During my 17 years running an accounting firm, particularly in the last five years when I was quoting for 100% of the work I did, I had hundreds of BFOs (Blinding Flashes of the Obvious). Let me share four of them, relating to proposals and winning new work:
The three freedoms your clients want
About 10 years ago I was having lunch with a friend (let’s call her Jane) when she asked, 'why should I come to you as a client Mark?'. I started my usual and practised patter about quality, professionalism, great team, great service… Jane basically then told me to shut up. I’m sure that if we weren’t having lunch, she would have walked off to find someone else to talk to! Instead she...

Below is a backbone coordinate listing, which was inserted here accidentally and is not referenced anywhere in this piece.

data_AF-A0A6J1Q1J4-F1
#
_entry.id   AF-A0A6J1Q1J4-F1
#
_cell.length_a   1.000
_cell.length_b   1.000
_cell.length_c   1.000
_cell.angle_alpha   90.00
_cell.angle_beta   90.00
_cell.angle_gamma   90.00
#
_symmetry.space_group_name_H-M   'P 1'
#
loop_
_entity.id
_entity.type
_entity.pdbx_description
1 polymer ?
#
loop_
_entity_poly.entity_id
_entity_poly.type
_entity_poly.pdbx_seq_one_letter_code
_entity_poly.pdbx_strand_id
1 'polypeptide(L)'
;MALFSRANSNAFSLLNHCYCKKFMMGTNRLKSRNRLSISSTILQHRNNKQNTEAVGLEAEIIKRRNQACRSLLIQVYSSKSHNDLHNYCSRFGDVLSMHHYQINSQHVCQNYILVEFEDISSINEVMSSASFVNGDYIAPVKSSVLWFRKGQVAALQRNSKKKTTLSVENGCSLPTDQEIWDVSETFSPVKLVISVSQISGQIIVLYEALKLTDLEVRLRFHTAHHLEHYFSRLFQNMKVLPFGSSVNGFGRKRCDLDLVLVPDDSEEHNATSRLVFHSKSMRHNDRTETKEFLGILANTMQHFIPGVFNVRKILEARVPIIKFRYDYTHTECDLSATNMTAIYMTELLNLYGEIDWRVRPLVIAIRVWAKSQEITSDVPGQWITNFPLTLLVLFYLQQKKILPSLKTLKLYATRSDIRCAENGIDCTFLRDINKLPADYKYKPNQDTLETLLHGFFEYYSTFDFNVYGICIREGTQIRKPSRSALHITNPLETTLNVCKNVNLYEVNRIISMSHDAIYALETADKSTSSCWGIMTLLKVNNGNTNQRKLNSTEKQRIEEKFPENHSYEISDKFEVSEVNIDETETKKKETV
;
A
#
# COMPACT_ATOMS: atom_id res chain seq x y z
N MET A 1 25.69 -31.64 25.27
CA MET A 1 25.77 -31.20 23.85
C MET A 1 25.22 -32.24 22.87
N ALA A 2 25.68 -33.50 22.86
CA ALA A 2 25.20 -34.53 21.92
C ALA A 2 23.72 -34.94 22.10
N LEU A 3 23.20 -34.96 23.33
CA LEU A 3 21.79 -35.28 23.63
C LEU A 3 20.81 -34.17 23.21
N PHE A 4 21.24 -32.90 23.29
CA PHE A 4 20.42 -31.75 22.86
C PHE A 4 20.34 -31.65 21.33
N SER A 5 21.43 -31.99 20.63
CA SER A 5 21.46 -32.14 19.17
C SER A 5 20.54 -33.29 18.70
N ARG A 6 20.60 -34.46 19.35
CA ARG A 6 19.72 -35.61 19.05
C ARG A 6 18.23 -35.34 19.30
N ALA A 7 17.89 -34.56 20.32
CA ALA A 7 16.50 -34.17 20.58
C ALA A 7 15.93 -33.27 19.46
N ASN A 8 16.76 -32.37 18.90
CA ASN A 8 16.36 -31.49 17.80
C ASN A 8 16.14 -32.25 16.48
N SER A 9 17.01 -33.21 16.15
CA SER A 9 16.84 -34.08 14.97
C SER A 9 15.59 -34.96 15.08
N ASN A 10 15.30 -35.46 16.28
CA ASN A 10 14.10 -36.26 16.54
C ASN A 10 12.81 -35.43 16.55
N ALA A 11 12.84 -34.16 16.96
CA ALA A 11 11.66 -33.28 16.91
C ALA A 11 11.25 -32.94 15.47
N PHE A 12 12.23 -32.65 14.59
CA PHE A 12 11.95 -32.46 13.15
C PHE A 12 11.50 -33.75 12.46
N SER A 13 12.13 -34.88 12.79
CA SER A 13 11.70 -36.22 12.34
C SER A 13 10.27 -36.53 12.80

The curious incident of the dog and the nail
There’s a proverb about a young man walking down the street. He comes across an older man sitting on his porch, with a dog lying next to him, whining in pain. The young man asks the dog’s owner ‘What’s wrong with your dog?’. The owner replies ‘He’s lying on a nail’. The man asks ‘Lying on a nail? Why doesn’t he move?’. The owner replies ‘Because it’s not hurting bad enough'.
Let's stop talking about advisory - please!
Having just attended Xerocon Brisbane, I’ve had a solid dose of ‘Advisory Rhetoric’.
You know how it goes - the compliance world is dying, technology and AI will make many services redundant, and the advice for accountants is they just need to rely on their Trusted Advisor status and do more advisory work. Enough. I call time out for two reasons: